By Carmen Sognonvi
Originally published at http://www.urbandojo.com/blog
Throughout August 2011, we’ll be working on the concept of “teamwork.”
All our discussions and activities will aim to help our students understand that successful, collaborative teamwork can shorten the time, divide the effort, and increase the morale of a group who are working towards a common goal.
This month’s “Dear Dr. Robyn” column is on teaching our children about teamwork.
Dr. Robyn Silverman is the child development expert who created Powerful Words, our character development curriculum here at Urban Martial Arts.
Dear Dr. Robyn,
I often think my family lacks some of that “all for one and one for all” spirit. It’s more like “what’s in it for me” kind of spirit. How can I get my kids to work together as a team?
~ Gina C., Newton, MA
The family really is the ultimate team. When it works well as a unit, a great deal can get done and get done more quickly.
However, when family members are not working collaboratively, it can feel like every task takes extra long and once achieved, feels less like a success and more like a relief.
How can we get our families to use teamwork?
(1) Set up cooperative tasks: Cleaning the yard, getting ready for a garage sale, raising money for charity, or planting a garden are all tasks that take collaboration. Get the children together and have them weigh the choices and choose a project. Each child should have a job and feel like a valued part of the team.
(2) Encourage praise from each member: Talk to your children about showing gratitude and praising one another for the job they did to complete a project. Framing everyone’s contribution in the positive allows each member to see their strengths as well as the strengths of each family member.
(3) Make decisions as a family “team”: When possible, make decisions as a group. Teach your children to weigh pros and cons, consider other people’s feelings, and uncover the benefits of each option. For instance you can ask; “should we rent a movie or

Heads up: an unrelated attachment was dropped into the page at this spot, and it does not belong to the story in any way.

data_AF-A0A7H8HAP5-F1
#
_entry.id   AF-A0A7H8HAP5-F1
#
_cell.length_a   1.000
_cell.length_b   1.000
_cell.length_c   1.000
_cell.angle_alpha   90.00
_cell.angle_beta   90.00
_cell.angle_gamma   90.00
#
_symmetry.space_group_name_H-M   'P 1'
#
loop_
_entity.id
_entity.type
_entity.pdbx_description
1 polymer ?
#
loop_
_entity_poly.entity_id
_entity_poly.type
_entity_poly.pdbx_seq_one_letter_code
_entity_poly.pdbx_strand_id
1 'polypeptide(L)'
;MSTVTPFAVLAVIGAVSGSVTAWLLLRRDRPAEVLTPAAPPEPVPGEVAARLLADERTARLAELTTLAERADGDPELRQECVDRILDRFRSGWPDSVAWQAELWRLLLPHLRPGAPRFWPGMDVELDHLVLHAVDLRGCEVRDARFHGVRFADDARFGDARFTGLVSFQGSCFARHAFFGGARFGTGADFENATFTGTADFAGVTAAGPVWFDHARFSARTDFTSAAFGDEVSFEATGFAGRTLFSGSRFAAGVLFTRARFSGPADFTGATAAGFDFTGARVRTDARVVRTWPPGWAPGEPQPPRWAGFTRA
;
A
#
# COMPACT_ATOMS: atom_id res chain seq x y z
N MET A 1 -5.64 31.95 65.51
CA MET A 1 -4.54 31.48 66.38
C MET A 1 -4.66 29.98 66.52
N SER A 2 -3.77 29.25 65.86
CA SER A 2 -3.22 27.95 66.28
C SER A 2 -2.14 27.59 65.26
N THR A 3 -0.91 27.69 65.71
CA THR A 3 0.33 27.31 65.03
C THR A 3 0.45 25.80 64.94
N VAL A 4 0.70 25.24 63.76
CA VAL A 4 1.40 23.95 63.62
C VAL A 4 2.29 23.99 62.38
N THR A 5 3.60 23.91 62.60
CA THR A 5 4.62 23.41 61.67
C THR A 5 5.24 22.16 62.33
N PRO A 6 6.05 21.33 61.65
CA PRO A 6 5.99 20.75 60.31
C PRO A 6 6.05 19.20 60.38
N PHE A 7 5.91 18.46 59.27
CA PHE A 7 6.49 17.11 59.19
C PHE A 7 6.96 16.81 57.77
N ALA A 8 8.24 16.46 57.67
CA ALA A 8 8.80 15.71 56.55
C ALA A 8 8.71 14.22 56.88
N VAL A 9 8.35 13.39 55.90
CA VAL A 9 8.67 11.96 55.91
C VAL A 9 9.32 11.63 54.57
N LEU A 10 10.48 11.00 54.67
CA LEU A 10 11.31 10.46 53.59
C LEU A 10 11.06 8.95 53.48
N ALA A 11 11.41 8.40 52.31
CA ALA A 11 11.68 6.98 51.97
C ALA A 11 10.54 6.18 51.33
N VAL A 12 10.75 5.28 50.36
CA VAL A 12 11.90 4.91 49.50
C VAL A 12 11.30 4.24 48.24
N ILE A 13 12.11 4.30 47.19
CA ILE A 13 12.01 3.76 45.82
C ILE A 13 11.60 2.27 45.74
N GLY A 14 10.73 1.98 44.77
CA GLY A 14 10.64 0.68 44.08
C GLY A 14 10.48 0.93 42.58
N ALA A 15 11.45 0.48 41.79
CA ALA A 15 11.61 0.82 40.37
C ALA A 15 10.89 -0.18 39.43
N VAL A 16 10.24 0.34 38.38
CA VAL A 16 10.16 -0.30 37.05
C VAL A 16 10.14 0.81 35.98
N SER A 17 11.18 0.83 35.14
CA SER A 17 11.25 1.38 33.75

play a game outside?” Facilitate the conversation rather than making the decision on your own. The more the children have an
opportunity to work on this skill, the better they’ll get at it.
(4) Demonstrate it: When children see you working as a team with others, they will see the value in it and adopt the skills you demonstrate. You can work as a team with a spouse, a friend, grandparents, or coworkers. Speak out loud about how you are working as a team with others and show your children the skills you must employ.
(5) Reward it: When children work as a team, help them to see the natural rewards that occur. You may also want to surprise your children with an extra reward for doing such a great job. You can also be assured that embarking on another team project will likely work out well– so brainstorm one that everyone will be thrilled to do!
Here’s to your success!
Dr. Robyn Silverman
* * *
To give you more ideas for conversation topics, here’s a run-down of what we’ll be discussing this month:
Week 1 Teamwork defined: What is a team? What is teamwork?
Week 2 What makes a team succeed or fail? Sportsmanship, attitude, character, effort
Week 3 How can I contribute and what can I learn? Leadership, strengths, & lessons
Week 4 When should I stand up vs stand strong together? Disagreements & compromise
We’d love to hear how your conversations go with your child so do share with us!
Photo Credit: kool_skatkat on Flickr